This paper examines the progress of health system transformation and the gaps that remain as they affect rural people, places, and providers. The health system transformation activities examined here are not limited to the Patient Protection and Affordable Care Act of 2010 (PPACA), but also touch upon activities undertaken by states, insurance plans, and private and public payers.

    The paper is organized into seven chapters covering topic areas that have key implications for rural people and the rural health care delivery system: Medicare, Medicaid and CHIP, Insurance Coverage and Affordability, Quality, Health Care Finance and System Transformation, Workforce, and Population Health. Each chapter begins with a summary of Policy Opportunities, followed by a background section on Rural Trends and Challenges that summarizes rural-related policy advances and continued gaps. We conclude each chapter with a Looking Ahead section that highlights the most pressing issues in today’s rural health care system environment, and we suggest future policy directions related to each issue. (Author abstract)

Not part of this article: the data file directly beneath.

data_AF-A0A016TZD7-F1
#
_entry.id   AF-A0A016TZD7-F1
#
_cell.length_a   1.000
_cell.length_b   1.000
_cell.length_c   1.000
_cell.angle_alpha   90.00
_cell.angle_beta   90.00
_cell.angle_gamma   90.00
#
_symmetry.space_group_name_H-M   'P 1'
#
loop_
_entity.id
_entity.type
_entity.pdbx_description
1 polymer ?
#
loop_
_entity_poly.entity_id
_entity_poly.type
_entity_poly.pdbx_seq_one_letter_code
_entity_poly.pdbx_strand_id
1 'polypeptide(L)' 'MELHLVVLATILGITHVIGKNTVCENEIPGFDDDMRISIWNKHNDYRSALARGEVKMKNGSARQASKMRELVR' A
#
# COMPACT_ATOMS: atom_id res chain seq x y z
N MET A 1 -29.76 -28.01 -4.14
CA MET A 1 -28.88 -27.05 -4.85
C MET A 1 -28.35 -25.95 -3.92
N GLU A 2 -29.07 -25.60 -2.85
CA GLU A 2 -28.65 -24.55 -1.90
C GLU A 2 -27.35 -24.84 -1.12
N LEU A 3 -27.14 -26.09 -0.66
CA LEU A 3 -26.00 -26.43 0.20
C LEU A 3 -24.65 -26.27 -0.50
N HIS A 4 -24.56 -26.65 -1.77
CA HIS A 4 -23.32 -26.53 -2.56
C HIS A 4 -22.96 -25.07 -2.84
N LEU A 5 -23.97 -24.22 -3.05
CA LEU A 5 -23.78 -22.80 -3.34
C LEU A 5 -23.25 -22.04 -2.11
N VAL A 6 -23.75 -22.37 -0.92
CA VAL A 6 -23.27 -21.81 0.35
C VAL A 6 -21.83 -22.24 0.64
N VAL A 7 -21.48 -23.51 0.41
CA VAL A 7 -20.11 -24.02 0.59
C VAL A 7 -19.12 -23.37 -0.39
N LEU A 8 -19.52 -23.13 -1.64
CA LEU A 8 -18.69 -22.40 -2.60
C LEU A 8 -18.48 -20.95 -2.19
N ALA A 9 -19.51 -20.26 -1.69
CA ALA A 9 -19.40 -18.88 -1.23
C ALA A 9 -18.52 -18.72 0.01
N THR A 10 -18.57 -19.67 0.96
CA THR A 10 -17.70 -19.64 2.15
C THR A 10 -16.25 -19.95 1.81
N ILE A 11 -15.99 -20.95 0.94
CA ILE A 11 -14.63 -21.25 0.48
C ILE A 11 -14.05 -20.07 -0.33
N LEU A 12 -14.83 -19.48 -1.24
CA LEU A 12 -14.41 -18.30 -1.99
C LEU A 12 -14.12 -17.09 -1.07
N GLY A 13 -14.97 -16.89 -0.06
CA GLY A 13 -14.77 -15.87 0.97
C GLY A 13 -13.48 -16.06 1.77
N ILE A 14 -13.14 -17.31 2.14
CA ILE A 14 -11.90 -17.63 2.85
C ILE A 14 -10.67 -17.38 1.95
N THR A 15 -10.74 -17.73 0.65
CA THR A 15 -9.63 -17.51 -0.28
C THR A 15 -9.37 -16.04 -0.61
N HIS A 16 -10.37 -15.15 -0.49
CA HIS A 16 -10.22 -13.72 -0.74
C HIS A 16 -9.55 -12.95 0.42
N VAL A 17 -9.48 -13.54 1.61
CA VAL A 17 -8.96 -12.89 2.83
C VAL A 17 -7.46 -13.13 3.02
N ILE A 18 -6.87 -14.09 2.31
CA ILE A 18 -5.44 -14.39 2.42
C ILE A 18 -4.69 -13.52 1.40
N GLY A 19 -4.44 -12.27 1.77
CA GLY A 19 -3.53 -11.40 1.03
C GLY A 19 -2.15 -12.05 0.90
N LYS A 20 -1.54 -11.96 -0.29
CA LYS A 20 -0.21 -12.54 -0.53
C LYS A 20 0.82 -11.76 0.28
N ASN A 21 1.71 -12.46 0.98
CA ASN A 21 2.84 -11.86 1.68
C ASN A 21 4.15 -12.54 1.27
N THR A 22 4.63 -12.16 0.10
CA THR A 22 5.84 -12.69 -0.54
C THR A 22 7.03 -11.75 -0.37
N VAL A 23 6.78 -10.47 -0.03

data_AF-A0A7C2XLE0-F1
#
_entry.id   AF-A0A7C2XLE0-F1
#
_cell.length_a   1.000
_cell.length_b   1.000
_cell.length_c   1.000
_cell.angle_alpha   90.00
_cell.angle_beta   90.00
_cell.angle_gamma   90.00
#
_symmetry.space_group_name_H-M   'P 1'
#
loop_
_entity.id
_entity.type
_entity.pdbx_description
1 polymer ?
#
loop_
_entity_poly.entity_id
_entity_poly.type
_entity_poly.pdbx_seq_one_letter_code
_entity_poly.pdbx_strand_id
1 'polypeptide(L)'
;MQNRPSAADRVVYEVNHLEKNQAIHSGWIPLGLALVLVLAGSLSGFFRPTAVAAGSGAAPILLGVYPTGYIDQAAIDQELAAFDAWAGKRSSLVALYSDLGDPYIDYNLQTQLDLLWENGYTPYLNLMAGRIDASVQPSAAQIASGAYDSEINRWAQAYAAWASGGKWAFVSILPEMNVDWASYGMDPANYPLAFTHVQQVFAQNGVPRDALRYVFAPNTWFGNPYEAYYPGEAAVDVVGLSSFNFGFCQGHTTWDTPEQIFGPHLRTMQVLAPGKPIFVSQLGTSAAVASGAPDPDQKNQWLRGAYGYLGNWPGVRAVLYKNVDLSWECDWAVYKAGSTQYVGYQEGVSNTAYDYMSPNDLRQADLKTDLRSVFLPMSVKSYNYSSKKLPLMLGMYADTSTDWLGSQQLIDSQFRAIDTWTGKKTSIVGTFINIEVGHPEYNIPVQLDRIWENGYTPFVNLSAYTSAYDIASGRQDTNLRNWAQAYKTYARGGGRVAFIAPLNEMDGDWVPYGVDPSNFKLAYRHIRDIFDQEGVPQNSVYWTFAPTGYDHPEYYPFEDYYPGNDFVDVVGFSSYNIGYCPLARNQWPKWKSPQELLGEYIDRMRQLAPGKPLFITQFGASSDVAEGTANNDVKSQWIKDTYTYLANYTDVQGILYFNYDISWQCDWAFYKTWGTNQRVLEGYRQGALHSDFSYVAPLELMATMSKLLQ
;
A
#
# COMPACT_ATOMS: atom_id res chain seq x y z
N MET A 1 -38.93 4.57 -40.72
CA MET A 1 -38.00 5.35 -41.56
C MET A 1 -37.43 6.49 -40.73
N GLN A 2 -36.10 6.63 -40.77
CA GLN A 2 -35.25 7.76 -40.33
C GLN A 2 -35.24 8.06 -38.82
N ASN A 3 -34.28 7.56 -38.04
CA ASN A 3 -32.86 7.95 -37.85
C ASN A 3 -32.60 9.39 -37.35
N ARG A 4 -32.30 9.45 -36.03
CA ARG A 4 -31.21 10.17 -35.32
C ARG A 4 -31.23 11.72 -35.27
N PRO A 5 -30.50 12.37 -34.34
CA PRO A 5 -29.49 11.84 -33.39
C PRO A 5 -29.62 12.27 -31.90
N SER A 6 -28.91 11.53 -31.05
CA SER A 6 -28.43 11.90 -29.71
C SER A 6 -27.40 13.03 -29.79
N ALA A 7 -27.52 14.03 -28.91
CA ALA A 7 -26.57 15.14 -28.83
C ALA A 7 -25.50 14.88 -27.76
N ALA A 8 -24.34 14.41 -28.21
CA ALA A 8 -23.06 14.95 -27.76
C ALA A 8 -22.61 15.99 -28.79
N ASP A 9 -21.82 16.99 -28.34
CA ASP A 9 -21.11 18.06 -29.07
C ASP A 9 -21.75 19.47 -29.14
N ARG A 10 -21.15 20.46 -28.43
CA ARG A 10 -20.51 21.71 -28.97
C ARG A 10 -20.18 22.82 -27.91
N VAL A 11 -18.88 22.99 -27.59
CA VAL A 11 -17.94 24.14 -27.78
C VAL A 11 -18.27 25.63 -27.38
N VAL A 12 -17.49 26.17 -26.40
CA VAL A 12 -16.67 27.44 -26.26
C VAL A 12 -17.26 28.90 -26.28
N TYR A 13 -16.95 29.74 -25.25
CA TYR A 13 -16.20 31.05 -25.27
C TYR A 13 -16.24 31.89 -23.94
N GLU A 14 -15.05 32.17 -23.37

• Individual Author: Medicaid and CHIP Payment and Access Commission
    Reference Type: Report
    Year: 2018

    Using data combined from the 2013–2015 National Health Interview Surveys, this brief examines characteristics of individuals with Medicaid coverage—children and adults—in rural areas, as well as their access to care and use of services, comparing their experience to their privately insured and uninsured counterparts. We also compare access and use between Medicaid beneficiaries in urban and rural areas, and by disability. (Edited author introduction)

     

    Using data combined from the 2013–2015 National Health Interview Surveys, this brief examines characteristics of individuals with Medicaid coverage—children and adults—in rural areas, as well as their access to care and use of services, comparing their experience to their privately insured and uninsured counterparts. We also compare access and use between Medicaid beneficiaries in urban and rural areas, and by disability. (Edited author introduction)

     

  • Individual Author: Wheaton, Laura; Lynch, Victoria; Johnson, Martha C.
    Reference Type: Report
    Year: 2017

    This report examines the overlap in eligibility of children and nonelderly adults for Supplemental Nutrition Assistance Program (SNAP) and Medicaid/Children’s Health Insurance Program (CHIP) benefits in 2013, prior to Medicaid expansion under the Affordable Care Act. We find that over half of children eligible for one program were eligible for both, and nearly all of the remaining children were eligible for Medicaid/CHIP. A substantially smaller share of parents and nonparents were eligible for both SNAP and Medicaid/CHIP. The report also provides state-level estimates to allow calculation of state joint program participation rates. (Author abstract)